US GAO voices concerns about SpaceX Falcon 9 rocket defects

Eric Abent - Feb 3, 2017, 1:52 pm CDT
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US GAO voices concerns about SpaceX Falcon 9 rocket defects

An incoming report from the US Government Accountability Office could house safety concerns about SpaceX‘s Falcon 9 rocket. The findings from this congressional investigation could threaten to delay SpaceX in its aggressive launch schedule. Those findings could also leave SpaceX’s planned manned flights grounded until the uncovered issue is fixed.

According to inside sources speaking to The Wall Street Journal, the US GAO is concerned about cracks that keep appearing in the Falcon 9’s turbine blades. Those turbine blades are used to pump fuel into the Falcon 9’s engines, so this is a pretty big issue that SpaceX needs to solve. While the US GAO’s findings are preliminary, we’ll be getting a full report from the office within the next few weeks.

This seems to be a persistent issue with the Falcon 9, though the WSJ’s report says that it doesn’t appear to have played a role in the launch pad explosion SpaceX suffered back in September. A SpaceX spokesperson says that while the company has designed the engines in the Falcon 9 to withstand such cracks, it’s still redesigning the engines “to avoid them altogether.”

NASA is also aware of these cracks and has told SpaceX that they “pose an unacceptable risk for manned flights.” That means they’ll have to be fixed before SpaceX can start putting people on its rockets, but NASA acting administrator Robert Lightfoot seems to think that this is a solvable problem. He tells The WSJ that he thinks NASA and SpaceX know how to fix the problem, so as long as that’s the case, it should be too long before SpaceX is back on track to taking humans into space.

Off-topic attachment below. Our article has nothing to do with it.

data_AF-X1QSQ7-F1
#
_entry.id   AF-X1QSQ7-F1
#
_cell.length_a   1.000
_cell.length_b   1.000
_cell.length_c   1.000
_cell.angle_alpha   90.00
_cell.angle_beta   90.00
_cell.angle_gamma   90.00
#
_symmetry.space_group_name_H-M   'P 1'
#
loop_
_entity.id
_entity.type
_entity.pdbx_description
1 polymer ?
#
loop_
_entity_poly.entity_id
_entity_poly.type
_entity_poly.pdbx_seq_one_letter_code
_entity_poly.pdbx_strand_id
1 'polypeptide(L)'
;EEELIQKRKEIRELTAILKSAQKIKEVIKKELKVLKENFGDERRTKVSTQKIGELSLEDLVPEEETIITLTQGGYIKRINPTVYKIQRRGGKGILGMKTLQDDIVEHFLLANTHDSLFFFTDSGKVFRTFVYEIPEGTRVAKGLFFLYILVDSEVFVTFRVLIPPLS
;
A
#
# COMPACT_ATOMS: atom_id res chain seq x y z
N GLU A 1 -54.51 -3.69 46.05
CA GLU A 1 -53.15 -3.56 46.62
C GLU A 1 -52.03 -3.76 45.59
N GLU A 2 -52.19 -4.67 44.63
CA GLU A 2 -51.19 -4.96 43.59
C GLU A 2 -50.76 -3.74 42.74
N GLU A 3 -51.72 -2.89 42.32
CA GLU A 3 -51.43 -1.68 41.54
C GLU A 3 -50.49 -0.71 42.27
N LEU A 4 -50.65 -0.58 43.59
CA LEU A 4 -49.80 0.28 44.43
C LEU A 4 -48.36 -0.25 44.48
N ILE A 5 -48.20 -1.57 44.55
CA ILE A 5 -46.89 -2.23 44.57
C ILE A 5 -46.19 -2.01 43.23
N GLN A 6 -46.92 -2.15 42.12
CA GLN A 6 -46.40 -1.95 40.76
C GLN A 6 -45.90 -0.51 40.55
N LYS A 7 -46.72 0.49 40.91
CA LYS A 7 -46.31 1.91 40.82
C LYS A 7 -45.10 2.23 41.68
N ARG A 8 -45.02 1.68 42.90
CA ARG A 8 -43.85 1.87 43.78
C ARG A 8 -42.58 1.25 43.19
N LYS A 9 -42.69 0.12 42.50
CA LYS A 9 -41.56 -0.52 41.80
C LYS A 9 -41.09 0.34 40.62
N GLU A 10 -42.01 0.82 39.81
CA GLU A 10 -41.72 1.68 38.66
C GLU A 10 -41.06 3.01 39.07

Still, those manned launches may not be on schedule, and SpaceX may not be the only one to miss 2018 deadlines from NASA. The GAO investigation will also conclude that Boeing may fall behind schedule thanks to questions about the parachute systems meant to bring its capsules back to Earth safely. Both SpaceX and Boeing have received funding from NASA for projects meant to taxi astronauts to the International Space Station and back.

We’ll have to wait and see what the full report says in a few weeks. It sounds like it will express serious doubts that SpaceX and Boeing can meet their deadlines for next year, which would be disappointing to say the least. We’ll likely hear what official statements from SpaceX and Boeing say once the report lands, so stay tuned.

SOURCE: The Wall Street Journal


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